Government confirms EAG is not provided with personal information
The Manx Government says it will investigate if there are 'credible reports' that personal medical information has been shared inappropriately.
It's outlined its general position on the protection of private data saying only people with a 'legitimate need to know' are given access.
Manx Radio asked the government's communication service to provide a statement following a series of Tweets posted on the social media platform Twitter on Sunday (2 January).
Those postings – which centered on the Council of Minister's response to Covid-19 – came from the account of Dr Rachel Glover; the CEO of local company Taxa Genomics.
The scientist – who helped lead the Isle of Man's testing facility for Coronavirus at the start of the outbreak – now sits on the Emergency Advisory Group.
The EAG is a group set up by Tynwald to provide external advice, insight and perspective to CoMin and ultimately Tynwald in response to emergency situations like the pandemic.
The initial Tweet – sent just after 5pm on 2 January – read: "A message to the Isle of Man Government. If you are going to announce someone’s death then you should bloody well announce what they died of. Especially if it was a preventable pathogen such as COVID."
Subsequent tweets slam an, alleged, 'let it rip' policy which the poster claimed has 'consequences'.
After backlash from other social media users, around seemingly personal information being shared in a public domain, the individual posting on the @Rachomics account, posted: "I only have an inbox of message over the last week telling me who has been admitted for what."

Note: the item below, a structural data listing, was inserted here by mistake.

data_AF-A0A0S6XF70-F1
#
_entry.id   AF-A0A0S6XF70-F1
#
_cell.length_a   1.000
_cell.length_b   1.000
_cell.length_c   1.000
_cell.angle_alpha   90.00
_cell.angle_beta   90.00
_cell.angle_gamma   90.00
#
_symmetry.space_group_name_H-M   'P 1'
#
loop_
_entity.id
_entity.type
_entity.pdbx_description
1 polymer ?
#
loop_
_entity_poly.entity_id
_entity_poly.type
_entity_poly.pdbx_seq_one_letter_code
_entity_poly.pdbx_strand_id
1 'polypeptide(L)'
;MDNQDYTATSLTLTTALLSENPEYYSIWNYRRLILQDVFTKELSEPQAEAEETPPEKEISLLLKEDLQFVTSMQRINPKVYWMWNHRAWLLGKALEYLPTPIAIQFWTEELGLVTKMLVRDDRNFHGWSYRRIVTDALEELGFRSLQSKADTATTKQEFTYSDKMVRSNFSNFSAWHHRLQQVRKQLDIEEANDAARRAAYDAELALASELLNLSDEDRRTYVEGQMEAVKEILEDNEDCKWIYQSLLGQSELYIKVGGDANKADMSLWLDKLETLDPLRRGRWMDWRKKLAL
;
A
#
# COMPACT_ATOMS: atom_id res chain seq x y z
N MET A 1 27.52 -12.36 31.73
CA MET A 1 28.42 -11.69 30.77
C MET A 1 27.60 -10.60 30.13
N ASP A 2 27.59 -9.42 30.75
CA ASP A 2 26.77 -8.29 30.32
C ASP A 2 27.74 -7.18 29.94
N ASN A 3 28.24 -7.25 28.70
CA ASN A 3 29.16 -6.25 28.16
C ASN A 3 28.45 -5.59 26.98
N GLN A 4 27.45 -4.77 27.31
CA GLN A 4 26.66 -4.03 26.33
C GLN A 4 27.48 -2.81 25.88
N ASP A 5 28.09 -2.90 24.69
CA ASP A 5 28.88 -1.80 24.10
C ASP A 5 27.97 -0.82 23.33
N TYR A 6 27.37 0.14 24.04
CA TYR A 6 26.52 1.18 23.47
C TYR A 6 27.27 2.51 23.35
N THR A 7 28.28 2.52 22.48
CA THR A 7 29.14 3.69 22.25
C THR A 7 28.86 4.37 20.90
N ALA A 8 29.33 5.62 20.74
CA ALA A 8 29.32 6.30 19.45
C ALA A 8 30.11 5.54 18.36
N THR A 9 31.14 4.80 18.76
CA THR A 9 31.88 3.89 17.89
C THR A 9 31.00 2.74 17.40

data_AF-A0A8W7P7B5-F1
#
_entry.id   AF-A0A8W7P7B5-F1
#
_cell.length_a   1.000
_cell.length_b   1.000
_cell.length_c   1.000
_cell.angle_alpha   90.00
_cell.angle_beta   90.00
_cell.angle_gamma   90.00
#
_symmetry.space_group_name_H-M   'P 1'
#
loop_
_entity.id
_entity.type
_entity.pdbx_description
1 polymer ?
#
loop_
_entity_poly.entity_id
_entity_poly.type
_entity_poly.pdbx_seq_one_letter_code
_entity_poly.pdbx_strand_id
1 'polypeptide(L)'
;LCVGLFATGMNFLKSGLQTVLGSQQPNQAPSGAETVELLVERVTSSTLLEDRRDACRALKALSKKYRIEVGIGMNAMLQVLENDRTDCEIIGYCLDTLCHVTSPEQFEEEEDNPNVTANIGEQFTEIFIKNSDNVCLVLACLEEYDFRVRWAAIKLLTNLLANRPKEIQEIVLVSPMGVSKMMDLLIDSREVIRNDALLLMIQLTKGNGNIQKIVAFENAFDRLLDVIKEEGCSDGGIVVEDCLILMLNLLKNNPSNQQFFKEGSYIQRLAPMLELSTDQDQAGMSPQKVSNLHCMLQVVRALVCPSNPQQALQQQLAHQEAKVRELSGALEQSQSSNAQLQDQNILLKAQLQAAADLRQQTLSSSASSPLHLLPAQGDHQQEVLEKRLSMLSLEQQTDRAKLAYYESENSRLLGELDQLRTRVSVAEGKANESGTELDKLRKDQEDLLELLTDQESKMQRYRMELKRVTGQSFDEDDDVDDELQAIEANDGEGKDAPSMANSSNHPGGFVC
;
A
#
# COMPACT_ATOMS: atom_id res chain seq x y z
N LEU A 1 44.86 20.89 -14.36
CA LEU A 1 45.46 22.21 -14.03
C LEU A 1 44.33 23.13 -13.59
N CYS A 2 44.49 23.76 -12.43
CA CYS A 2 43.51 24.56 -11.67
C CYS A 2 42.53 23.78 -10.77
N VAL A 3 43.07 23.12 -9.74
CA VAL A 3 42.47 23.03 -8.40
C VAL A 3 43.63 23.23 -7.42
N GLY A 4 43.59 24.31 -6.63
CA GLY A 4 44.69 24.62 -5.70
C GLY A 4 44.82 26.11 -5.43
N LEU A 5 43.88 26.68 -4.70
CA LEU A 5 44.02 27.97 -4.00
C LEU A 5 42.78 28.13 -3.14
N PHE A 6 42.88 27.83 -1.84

Following the exchange Manx Radio made repeated requests to the communications service to provide clarification on whether or not medical information was being shared.
A statement received this afternoon reads:
"The Isle of Man Government takes its responsibilities in the protection of personal medical information seriously. Only people with a legitimate need to know are given access to personal medical information.
"If there were credible reports that personal medical information has been shared inappropriately then Government would of course investigate."
It's also confirmed the EAG, as a committee, has not been provided with personal medical information.
Executive director of external relations Peter Boxer asked Manx Radio to clarify that the statement was a 'general policy comment' and was not based 'on the events of the other night'.
The account which the tweets were posted from was subsequently removed from Twitter.
A new account - @DrRachelGlover - was set up where the bio states 'My other account was hacked'.
Manx Radio has approached Dr Rachel Glover directly for comment.
In response she said: "As a scientist in a private company I don't have access to anyone’s medical information as you would expect.
"The last tweet I made from my twitter account was on Sunday evening about job vacancies coming up at Taxa Genomics.
"On Sunday night I was sent a screenshot through Facebook which I assumed was photoshopped and felt it was “the last straw” with the online abuse I receive and decided to delete the account.
"While deactivating the account I realised that a third-party must have had access and I immediately changed the password and deleted the account to prevent further access.
"Later on Monday I discovered that it was actually a breach of my Apple iCloud account which had given someone access to my personal files and my saved passwords for numerous sites.
"It would appear that I'm paying the price for a malicious individual who has realised that one of my passwords was available in the public domain and used it to parody me using my own Twitter account.
"I wasn't aware of the password breach until this happened and would encourage everyone to check whether their passwords may be available online and make each password unique.
"I'm still in the process of figuring out the extent of any access to my personal files and devices and have spent much of the last 24 hours securing my accounts, changing passwords and securing my financial information."